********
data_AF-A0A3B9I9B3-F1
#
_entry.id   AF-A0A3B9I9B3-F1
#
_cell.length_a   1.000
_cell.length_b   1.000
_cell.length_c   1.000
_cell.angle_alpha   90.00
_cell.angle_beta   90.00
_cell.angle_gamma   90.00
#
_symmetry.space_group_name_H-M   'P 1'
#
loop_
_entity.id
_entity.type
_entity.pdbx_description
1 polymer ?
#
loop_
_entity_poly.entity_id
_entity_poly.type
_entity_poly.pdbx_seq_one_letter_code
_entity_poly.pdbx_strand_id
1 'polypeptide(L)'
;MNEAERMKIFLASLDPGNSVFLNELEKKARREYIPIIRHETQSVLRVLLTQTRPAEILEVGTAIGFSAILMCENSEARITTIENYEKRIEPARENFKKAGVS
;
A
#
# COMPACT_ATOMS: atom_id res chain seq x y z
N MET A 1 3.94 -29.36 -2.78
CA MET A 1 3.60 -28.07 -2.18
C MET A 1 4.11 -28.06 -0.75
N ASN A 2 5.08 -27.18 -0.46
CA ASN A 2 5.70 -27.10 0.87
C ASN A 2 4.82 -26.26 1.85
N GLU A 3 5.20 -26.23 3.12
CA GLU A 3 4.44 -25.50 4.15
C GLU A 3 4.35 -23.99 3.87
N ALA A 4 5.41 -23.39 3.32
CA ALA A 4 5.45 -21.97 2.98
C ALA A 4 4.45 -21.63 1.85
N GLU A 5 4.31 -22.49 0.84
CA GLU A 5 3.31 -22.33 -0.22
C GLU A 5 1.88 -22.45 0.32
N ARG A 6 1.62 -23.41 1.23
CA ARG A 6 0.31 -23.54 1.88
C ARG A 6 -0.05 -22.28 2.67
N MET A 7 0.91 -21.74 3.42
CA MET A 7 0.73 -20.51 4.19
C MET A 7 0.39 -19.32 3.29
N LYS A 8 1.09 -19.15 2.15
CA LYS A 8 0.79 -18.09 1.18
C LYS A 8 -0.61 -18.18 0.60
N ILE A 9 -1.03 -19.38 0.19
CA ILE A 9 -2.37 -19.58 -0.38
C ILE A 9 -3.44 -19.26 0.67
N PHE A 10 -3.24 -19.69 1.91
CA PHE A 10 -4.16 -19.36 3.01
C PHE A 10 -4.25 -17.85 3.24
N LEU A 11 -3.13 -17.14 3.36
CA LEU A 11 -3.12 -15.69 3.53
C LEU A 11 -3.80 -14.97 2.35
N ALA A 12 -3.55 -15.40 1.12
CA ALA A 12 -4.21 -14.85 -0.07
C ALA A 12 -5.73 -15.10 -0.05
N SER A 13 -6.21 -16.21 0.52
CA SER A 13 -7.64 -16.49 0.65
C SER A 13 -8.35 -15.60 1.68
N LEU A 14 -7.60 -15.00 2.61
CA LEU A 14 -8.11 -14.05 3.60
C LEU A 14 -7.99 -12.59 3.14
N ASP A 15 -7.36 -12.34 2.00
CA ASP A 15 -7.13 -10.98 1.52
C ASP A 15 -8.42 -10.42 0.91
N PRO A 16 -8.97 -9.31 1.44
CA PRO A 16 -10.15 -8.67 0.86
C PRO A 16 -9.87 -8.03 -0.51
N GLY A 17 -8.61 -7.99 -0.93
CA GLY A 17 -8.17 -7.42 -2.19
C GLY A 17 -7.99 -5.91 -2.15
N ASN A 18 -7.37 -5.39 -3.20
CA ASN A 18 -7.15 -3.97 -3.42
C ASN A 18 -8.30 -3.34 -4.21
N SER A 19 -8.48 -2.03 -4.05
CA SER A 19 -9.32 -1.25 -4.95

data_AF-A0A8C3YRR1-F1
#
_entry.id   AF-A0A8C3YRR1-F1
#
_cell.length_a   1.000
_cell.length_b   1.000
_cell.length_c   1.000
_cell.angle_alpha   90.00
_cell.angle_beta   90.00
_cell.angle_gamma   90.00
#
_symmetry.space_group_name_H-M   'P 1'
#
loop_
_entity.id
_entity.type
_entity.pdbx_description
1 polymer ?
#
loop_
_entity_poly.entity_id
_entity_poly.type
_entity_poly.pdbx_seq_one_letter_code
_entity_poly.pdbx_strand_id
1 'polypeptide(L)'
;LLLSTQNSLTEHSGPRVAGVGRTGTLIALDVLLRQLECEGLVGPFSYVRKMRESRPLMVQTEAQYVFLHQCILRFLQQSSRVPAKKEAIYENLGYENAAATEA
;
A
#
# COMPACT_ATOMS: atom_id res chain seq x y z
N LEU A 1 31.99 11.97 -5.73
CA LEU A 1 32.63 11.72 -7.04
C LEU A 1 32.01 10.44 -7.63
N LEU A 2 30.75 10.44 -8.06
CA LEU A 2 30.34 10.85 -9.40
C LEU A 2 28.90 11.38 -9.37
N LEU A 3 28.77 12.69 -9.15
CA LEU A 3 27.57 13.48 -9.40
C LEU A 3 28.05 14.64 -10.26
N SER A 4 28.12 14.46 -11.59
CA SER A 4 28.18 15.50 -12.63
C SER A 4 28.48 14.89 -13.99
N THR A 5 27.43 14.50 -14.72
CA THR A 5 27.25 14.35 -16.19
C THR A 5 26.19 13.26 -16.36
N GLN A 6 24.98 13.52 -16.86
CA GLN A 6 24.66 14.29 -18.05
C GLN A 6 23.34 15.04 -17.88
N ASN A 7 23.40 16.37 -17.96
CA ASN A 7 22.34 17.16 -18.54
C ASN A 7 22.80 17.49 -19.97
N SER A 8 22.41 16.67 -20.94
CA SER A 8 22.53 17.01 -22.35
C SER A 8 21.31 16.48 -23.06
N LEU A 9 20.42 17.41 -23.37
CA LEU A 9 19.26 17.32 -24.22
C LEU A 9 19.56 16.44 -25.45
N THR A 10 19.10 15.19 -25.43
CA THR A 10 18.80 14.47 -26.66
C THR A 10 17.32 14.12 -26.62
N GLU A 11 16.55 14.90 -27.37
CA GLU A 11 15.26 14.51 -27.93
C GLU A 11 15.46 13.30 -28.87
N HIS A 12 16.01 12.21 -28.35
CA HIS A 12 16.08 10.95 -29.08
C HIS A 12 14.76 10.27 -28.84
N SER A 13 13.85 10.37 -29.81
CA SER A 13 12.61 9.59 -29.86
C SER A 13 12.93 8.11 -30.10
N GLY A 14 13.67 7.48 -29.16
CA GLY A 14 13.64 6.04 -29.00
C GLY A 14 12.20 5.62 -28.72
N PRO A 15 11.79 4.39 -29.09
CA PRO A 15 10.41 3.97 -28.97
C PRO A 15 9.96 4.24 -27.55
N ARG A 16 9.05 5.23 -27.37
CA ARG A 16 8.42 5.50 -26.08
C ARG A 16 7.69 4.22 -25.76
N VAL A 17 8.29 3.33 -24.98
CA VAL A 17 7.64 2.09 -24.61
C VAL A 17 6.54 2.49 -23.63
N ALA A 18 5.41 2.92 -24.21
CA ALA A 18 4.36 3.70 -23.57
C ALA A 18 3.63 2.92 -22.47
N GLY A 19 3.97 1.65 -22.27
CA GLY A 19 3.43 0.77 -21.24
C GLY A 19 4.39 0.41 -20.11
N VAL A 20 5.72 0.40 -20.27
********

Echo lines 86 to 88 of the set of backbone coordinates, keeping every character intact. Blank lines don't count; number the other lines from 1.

CA SER A 19 -9.32 -1.25 -4.95

data_AF-A0A8C3YRR1-F1
#